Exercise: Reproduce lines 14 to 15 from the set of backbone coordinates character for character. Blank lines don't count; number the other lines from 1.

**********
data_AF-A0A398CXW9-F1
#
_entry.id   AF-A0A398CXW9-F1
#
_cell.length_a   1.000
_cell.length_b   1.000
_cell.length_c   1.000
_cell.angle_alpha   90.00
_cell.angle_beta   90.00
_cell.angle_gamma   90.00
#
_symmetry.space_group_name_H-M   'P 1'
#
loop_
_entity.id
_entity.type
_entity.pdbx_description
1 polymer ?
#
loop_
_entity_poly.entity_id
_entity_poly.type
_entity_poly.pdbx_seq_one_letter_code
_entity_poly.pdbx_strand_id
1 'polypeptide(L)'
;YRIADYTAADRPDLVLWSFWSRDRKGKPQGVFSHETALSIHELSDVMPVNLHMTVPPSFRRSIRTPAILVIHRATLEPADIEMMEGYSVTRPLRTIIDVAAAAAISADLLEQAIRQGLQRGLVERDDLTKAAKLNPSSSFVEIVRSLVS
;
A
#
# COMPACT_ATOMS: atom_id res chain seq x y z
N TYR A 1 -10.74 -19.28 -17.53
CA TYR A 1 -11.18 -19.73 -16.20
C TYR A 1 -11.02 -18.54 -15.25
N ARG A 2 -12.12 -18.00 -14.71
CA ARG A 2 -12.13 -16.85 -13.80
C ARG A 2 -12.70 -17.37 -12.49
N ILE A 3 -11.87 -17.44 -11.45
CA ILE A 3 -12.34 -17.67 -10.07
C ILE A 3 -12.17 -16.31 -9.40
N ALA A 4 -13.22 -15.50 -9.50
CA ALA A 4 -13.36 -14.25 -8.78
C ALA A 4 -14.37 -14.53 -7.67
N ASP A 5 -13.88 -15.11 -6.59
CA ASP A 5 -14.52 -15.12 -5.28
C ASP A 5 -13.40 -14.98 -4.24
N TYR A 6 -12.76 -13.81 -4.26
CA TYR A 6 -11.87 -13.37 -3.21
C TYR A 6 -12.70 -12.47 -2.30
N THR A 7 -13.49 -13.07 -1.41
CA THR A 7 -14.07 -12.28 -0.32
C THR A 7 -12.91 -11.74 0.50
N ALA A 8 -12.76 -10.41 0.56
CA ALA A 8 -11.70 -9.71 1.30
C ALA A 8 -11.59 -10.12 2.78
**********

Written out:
loop_
_entity.id